Adkins v. State
In Adkins v. State, 389 P.2d 915, 916 (Alaska 1964) the supreme court not only ruled that a burglary indictment must specify the defendant's intended crime, but the court also ruled that a burglary indictment which fails to specify the defendant's intended crime is fatally flawed: it fails to "charge an offense" within the meaning of Alaska Criminal Rule 12(b)(2). This means that it is not too late for Semancik to raise this issue.
Under Criminal Rule 12(b)(2) and (e), a defendant is normally obliged to raise all "defenses or objections based on defects in the indictment" before trial, otherwise these objections are forfeited. But Rule 12(b)(2) exempts two types of objections from this time limit: objections based on the indictment's "failure to show jurisdiction in the court or to charge an offense".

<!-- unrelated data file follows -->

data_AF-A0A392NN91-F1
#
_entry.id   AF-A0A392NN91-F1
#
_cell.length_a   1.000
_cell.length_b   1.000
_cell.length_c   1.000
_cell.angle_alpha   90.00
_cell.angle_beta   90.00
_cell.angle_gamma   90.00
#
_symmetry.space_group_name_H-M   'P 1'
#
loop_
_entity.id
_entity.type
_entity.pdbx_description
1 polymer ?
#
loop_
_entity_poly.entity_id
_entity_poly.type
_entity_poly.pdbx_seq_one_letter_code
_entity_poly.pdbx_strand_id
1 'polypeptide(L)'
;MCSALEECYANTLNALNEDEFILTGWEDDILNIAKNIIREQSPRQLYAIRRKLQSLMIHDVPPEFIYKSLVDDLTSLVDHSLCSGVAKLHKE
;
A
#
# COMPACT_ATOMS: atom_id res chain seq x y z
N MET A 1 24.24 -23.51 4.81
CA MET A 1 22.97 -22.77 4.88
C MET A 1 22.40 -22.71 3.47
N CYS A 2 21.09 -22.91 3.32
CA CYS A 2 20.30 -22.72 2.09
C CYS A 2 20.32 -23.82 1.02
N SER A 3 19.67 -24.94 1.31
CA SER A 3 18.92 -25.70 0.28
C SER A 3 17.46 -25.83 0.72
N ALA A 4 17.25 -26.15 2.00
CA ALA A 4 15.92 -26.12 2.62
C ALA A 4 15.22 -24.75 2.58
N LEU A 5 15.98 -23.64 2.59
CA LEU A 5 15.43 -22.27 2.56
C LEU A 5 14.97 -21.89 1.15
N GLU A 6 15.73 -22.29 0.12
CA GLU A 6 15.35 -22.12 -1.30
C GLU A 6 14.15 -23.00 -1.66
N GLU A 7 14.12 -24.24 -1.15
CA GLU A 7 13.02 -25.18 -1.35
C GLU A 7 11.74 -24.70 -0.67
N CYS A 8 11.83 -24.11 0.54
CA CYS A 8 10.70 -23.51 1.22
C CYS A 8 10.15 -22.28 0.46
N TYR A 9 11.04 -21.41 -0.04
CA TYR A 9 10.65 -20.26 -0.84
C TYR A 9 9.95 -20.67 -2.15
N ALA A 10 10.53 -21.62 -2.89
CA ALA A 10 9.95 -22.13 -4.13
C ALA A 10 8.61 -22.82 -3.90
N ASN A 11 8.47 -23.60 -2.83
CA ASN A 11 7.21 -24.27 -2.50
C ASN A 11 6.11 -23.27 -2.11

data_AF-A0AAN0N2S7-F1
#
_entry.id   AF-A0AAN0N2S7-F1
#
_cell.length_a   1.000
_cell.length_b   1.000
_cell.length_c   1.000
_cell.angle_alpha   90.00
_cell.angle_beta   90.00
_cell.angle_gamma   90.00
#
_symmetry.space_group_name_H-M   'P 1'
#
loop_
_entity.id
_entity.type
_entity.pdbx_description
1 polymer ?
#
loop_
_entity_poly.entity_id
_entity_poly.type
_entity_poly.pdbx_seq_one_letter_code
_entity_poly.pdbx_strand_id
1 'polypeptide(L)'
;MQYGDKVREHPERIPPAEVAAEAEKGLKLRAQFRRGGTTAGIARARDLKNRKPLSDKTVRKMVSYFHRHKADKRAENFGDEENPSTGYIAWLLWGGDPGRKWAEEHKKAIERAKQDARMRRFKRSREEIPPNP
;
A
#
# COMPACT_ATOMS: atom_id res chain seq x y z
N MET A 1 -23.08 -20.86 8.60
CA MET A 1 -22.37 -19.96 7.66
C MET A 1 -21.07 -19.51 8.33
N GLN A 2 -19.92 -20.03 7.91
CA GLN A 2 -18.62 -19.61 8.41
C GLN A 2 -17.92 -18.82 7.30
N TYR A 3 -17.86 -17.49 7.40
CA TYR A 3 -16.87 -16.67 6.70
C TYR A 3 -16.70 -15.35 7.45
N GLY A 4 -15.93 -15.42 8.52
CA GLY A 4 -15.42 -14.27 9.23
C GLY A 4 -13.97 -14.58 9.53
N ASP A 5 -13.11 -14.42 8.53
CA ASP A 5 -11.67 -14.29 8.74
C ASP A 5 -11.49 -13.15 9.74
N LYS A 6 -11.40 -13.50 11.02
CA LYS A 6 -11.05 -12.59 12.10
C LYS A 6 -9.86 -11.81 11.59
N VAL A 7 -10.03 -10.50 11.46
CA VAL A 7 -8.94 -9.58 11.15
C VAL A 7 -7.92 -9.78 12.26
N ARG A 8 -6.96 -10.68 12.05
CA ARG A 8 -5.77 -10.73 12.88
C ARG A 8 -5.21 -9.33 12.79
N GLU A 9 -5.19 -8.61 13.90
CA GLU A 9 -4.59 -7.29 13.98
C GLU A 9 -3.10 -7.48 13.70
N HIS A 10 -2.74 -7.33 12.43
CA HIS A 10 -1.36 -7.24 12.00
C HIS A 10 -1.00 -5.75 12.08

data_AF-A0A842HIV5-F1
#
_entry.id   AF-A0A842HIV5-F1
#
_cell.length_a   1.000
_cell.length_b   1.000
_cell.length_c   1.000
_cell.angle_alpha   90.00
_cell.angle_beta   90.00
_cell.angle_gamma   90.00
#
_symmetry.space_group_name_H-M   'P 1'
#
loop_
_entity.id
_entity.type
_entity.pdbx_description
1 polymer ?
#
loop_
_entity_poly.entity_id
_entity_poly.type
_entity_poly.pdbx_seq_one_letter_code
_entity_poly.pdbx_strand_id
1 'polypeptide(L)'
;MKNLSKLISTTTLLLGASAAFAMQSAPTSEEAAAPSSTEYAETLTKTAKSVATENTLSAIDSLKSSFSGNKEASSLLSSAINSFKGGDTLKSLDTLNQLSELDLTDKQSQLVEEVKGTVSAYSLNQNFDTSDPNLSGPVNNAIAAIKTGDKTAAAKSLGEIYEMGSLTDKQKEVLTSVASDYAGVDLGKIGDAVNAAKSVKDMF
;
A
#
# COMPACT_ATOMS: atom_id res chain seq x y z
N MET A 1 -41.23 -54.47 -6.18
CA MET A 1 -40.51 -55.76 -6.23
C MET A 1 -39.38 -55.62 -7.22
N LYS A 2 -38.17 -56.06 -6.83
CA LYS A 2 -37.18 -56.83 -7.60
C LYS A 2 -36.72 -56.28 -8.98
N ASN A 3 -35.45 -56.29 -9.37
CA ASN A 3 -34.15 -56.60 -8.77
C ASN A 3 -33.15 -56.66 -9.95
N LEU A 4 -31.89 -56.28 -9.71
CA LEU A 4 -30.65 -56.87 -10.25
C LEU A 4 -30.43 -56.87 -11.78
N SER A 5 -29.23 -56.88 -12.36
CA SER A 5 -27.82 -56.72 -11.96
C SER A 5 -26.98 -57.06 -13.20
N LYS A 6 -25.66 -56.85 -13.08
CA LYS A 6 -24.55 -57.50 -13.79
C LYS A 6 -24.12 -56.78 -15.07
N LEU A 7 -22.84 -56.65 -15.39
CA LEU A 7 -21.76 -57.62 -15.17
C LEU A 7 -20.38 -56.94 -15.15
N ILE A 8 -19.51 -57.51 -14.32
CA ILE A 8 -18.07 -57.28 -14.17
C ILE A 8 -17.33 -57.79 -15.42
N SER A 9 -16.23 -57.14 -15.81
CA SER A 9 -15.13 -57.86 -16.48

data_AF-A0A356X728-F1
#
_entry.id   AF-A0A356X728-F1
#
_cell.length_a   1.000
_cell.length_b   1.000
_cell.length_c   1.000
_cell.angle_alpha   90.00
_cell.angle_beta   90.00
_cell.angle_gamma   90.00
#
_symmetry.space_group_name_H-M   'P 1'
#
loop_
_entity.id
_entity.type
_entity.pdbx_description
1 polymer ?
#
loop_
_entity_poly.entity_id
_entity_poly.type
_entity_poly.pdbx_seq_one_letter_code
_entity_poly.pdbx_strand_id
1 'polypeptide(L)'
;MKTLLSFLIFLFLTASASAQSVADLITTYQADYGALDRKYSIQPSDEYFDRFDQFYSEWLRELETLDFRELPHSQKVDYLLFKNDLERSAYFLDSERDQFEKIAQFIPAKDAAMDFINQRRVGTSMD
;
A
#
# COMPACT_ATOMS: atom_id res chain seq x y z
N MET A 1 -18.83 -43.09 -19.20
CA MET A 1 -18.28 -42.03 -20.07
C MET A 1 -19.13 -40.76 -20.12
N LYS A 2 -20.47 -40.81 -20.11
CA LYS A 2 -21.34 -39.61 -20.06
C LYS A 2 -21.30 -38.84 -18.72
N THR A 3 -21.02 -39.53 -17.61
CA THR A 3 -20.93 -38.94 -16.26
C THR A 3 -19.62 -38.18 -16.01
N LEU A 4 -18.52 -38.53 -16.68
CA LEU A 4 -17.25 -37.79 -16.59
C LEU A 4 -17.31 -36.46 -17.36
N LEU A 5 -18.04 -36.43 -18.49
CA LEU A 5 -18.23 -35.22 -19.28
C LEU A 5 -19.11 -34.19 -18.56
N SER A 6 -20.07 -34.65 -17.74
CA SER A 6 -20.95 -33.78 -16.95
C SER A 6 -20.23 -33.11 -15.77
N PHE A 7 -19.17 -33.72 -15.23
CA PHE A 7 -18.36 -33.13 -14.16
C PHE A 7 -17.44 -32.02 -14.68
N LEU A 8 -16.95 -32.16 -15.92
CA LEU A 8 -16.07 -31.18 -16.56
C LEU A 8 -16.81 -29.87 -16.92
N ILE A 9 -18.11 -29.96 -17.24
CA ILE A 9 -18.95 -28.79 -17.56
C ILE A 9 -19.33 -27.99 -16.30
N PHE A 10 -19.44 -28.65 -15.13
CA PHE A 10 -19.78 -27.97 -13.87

In Adkins, the supreme court held that a burglary indictment's failure to specify the defendant's intended crime is the type of problem that falls within this latter exemption. Thus, a defendant is entitled to raise this objection on appeal even though the defendant has gone to trial and has been convicted and sentenced without ever bringing this issue to the attention of the trial court. (Adkins, 389 P.2d at 915-16.)